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Getting animated about sampling | Cypress Semiconductor

Getting animated about sampling

I just got back from a screening of the 1963 film 'Jason and the Argonauts', introduced by Ray Harryhausen himself.  90 this week, Harryhausen was a leading exponent of stop-frame animation, and influential on countless filmmakers since.

When combining stop-frame animation with live performance, the live footage is back-projected a frame at a time behind the animated models.  Their small incremental movements are rephotographed together with the 'live' backdrop.  When the resulting shots are played back, you get the illusion of animated models 'acting' in perfect sync with the live cast of the movie.

As I was watching this, it occurred to me that there are significant parallels between this sort of approach and the common use of sampled data techniques in signal processing these days.  The 'live' footage is obtained by sampling the analogue dynamics of the actors at typically 24 frames per second.  When it's replayed in the cinema, our persistence of vision acts as a lowpass reconstruction filter.  We don't see the jerkiness of the sudden shot-to-shot changes, just an impression of the original dynamics (falsified occasionally by aliasing, but that's another story...).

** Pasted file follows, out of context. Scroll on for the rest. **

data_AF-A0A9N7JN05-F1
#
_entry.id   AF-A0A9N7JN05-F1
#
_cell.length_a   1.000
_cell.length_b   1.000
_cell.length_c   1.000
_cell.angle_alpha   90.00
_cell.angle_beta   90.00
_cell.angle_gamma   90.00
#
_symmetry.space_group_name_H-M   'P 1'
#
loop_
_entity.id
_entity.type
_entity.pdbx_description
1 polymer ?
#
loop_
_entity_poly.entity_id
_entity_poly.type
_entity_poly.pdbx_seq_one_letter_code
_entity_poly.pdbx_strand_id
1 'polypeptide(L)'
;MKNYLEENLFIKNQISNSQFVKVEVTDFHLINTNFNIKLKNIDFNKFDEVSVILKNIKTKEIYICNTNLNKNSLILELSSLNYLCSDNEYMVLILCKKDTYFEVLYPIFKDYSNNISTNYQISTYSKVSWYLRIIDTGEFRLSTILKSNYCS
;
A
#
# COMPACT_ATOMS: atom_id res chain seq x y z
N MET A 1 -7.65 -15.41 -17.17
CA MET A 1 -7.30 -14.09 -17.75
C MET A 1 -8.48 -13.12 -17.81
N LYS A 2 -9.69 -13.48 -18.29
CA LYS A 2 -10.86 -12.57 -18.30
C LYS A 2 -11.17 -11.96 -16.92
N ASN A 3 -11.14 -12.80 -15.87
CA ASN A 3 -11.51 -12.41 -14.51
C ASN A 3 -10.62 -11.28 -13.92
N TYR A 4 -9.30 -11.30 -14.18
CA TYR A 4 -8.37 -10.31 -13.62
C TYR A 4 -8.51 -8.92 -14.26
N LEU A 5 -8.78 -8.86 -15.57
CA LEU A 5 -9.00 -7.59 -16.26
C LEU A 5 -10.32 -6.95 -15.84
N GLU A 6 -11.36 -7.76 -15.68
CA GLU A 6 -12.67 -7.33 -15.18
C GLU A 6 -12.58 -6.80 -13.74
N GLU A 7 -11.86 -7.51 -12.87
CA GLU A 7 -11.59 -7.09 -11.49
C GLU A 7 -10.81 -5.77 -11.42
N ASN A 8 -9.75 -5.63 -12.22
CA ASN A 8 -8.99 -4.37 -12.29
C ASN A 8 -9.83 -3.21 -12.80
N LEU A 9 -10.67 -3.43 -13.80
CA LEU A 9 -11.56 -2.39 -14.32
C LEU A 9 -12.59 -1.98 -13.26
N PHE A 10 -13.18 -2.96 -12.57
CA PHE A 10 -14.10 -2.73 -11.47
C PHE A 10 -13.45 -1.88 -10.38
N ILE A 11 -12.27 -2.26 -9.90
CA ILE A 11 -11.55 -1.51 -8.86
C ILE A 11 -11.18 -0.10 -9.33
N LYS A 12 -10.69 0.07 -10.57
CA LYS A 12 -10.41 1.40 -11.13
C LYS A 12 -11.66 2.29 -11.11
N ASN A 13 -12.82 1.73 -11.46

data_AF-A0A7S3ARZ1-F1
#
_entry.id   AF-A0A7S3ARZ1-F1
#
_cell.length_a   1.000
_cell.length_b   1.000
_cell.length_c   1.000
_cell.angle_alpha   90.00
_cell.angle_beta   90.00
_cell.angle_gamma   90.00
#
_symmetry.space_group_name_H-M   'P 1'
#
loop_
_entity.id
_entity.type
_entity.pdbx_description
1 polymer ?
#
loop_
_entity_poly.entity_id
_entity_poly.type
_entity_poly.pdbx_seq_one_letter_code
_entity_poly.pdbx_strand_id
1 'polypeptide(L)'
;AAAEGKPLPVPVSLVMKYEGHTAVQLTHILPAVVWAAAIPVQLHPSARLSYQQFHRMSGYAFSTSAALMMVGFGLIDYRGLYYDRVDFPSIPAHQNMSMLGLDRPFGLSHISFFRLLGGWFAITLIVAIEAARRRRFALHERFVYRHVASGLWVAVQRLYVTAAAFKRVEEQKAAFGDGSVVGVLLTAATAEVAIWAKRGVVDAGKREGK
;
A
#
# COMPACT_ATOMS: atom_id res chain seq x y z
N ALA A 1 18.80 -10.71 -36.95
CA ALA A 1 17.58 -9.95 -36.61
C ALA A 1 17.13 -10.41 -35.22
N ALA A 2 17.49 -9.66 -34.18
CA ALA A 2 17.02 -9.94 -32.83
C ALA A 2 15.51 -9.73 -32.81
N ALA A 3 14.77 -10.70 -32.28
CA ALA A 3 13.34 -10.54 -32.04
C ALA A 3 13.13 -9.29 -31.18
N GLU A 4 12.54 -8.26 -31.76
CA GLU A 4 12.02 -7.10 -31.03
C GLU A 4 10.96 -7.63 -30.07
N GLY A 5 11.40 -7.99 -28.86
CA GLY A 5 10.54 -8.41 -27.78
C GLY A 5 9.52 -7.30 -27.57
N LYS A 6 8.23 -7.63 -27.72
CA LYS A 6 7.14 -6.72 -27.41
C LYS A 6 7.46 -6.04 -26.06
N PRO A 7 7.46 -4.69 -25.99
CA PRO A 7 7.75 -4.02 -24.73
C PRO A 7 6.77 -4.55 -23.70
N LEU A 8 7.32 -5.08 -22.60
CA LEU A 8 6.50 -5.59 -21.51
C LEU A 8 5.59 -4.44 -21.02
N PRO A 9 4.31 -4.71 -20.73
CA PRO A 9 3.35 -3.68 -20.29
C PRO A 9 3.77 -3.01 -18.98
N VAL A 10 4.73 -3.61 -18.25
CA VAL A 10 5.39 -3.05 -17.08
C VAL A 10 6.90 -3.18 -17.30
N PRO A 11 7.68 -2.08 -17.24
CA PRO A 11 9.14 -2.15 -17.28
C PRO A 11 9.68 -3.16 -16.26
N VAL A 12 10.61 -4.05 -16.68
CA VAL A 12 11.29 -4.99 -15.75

We can do the same sort of thing in a mixed-signal processing engine like PSoC3.  The example that came to my mind was creating a little digital synthesiser to 'play along' with an incoming audio signal.  Imagine singing into a microphone which is driving PSoC3's main ADC, set to sample your analogue warblings (Bernard Herrmann's great score for the film, perhaps?) at say 48kHz/16bit.  We can make a little programmable digital oscillator running on the Digital Filter Block, combined with some envelope shaping and a little 70's synth-rock filter.  For the 20.8us that each input sample is sitting there - the equivalent of the film frame - the program running on PSoC3 is acting as a little stop-motion animator, making numerous small changes to parameters of another new sound.

Then we mix them together and send them back out - perhaps up the USB interface to your PC where you're re-recording this.  The result - a live actor (you) and a stop-motion skeleton with a sharp sword and a bad attitude (well, here's hoping the synth sounds that good), acting together in perfect sync!

Think about what other cool things you can do with PSoC3 that are  analogous (or should that be digitalogous?) to Ray Harryhausen's masterful animation.  Happy sampling! - Kendall

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